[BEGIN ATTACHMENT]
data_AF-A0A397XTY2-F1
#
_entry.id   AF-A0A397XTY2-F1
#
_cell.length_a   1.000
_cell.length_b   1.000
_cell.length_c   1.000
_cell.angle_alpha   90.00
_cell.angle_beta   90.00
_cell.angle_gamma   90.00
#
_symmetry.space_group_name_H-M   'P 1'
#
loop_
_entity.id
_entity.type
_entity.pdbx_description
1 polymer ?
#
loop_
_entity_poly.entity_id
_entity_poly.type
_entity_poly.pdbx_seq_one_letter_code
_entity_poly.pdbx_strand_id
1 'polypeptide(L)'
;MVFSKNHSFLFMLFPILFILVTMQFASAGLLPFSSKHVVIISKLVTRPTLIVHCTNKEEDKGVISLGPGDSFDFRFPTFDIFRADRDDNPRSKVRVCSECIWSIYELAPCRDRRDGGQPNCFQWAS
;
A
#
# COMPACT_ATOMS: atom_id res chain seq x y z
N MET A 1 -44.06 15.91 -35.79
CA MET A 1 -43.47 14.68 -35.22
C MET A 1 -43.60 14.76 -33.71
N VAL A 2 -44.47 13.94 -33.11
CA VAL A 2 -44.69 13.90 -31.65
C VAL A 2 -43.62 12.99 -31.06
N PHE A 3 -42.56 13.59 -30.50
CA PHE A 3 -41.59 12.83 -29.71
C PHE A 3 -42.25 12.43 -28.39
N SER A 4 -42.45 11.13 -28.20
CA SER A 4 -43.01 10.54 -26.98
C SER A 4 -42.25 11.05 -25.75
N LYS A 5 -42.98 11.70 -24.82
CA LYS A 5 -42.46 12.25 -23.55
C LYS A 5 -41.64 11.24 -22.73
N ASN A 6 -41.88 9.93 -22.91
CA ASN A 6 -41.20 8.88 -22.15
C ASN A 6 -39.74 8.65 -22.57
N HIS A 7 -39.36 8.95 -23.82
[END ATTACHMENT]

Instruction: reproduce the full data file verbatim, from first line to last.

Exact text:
data_AF-A0A397XTY2-F1
#
_entry.id   AF-A0A397XTY2-F1
#
_cell.length_a   1.000
_cell.length_b   1.000
_cell.length_c   1.000
_cell.angle_alpha   90.00
_cell.angle_beta   90.00
_cell.angle_gamma   90.00
#
_symmetry.space_group_name_H-M   'P 1'
#
loop_
_entity.id
_entity.type
_entity.pdbx_description
1 polymer ?
#
loop_
_entity_poly.entity_id
_entity_poly.type
_entity_poly.pdbx_seq_one_letter_code
_entity_poly.pdbx_strand_id
1 'polypeptide(L)'
;MVFSKNHSFLFMLFPILFILVTMQFASAGLLPFSSKHVVIISKLVTRPTLIVHCTNKEEDKGVISLGPGDSFDFRFPTFDIFRADRDDNPRSKVRVCSECIWSIYELAPCRDRRDGGQPNCFQWAS
;
A
#
# COMPACT_ATOMS: atom_id res chain seq x y z
N MET A 1 -44.06 15.91 -35.79
CA MET A 1 -43.47 14.68 -35.22
C MET A 1 -43.60 14.76 -33.71
N VAL A 2 -44.47 13.94 -33.11
CA VAL A 2 -44.69 13.90 -31.65
C VAL A 2 -43.62 12.99 -31.06
N PHE A 3 -42.56 13.59 -30.50
CA PHE A 3 -41.59 12.83 -29.71
C PHE A 3 -42.25 12.43 -28.39
N SER A 4 -42.45 11.13 -28.20
CA SER A 4 -43.01 10.54 -26.98
C SER A 4 -42.25 11.05 -25.75
N LYS A 5 -42.98 11.70 -24.82
CA LYS A 5 -42.46 12.25 -23.55
C LYS A 5 -41.64 11.24 -22.73
N ASN A 6 -41.88 9.93 -22.91
CA ASN A 6 -41.20 8.88 -22.15
C ASN A 6 -39.74 8.65 -22.57
N HIS A 7 -39.36 8.95 -23.82